Where the Pontiac Broke Down

Sarah Carson

No combination of car door,

rolled up window, tire iron was safety.

South of the mailboxes, the boxelder tree,

the box truck now half empty,

there is no justice but a broken bottle

beneath the slip and slide.

Maybe this is why Momma took us to church,

barretted our hair on the porch Daddy built

using the hand he did not slice open

with the posthole digger,

had us sing Nahum, Habakkuk, Micah, Amos,

until we could find chapter and verse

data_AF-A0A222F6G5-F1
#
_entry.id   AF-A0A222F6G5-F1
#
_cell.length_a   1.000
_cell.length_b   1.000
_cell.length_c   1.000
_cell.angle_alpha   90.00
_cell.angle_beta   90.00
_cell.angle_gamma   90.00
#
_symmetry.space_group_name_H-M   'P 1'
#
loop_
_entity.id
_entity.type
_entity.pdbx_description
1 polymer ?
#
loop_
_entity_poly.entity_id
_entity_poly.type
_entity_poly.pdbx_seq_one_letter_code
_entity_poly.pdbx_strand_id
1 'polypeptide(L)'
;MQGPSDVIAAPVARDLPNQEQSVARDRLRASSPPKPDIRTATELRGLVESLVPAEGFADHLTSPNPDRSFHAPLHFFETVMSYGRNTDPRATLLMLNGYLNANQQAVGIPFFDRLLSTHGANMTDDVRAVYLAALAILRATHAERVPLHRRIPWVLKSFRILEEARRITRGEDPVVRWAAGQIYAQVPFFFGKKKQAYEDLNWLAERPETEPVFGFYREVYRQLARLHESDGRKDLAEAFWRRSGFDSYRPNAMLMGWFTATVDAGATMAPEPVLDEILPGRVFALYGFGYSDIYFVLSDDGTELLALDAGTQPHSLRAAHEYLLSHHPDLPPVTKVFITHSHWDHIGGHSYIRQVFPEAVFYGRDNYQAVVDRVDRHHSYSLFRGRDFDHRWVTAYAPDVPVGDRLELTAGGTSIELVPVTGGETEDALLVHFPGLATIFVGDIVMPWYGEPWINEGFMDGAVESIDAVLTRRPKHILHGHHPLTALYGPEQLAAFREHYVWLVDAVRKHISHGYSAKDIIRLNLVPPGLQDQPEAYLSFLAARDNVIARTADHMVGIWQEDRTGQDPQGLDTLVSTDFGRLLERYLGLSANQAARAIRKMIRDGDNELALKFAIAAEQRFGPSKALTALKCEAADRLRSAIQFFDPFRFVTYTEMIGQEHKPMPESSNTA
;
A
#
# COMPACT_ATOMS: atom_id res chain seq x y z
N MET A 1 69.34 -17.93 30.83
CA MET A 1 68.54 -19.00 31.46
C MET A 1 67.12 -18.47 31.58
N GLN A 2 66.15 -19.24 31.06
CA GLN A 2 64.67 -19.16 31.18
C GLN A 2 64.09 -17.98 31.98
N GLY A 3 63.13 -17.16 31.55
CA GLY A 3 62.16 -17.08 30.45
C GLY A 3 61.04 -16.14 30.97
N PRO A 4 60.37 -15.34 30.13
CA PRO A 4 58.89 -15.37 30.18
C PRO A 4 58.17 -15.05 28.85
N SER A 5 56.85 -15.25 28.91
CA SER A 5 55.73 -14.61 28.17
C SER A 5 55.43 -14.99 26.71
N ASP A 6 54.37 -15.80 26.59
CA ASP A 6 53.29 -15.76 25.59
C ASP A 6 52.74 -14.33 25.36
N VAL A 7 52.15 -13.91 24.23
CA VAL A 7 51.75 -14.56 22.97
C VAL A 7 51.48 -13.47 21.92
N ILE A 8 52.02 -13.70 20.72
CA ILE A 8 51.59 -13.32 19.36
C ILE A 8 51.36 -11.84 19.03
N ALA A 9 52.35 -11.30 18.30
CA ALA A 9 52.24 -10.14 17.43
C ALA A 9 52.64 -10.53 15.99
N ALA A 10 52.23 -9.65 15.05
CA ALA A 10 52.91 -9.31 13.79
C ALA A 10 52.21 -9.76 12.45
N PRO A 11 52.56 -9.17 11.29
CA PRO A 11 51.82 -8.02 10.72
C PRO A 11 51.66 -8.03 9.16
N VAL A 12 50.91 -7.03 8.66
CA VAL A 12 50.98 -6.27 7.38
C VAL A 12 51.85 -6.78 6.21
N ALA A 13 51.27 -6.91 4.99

faster than God.

When summer came, when uncles gathered by the river,

Momma held us to her thigh as warning,

as if to say, touch them

and you will not touch another:

another PBR, another paper plate

full of summer sausage, potato salad,

as if to say, you are not my brothers

but a fire I intend to put out.

Maybe this is why Pentecost

is the cruelest month:

revival songs, one-pieces, an eight-fingered man

who sells fireworks from a tow-trailer.

Maybe this is why Momma

won’t drink from the cup,

crosses her arms over her heart

during the blessing.

Maybe this is why this is my body

is the only prayer Momma ever believed.

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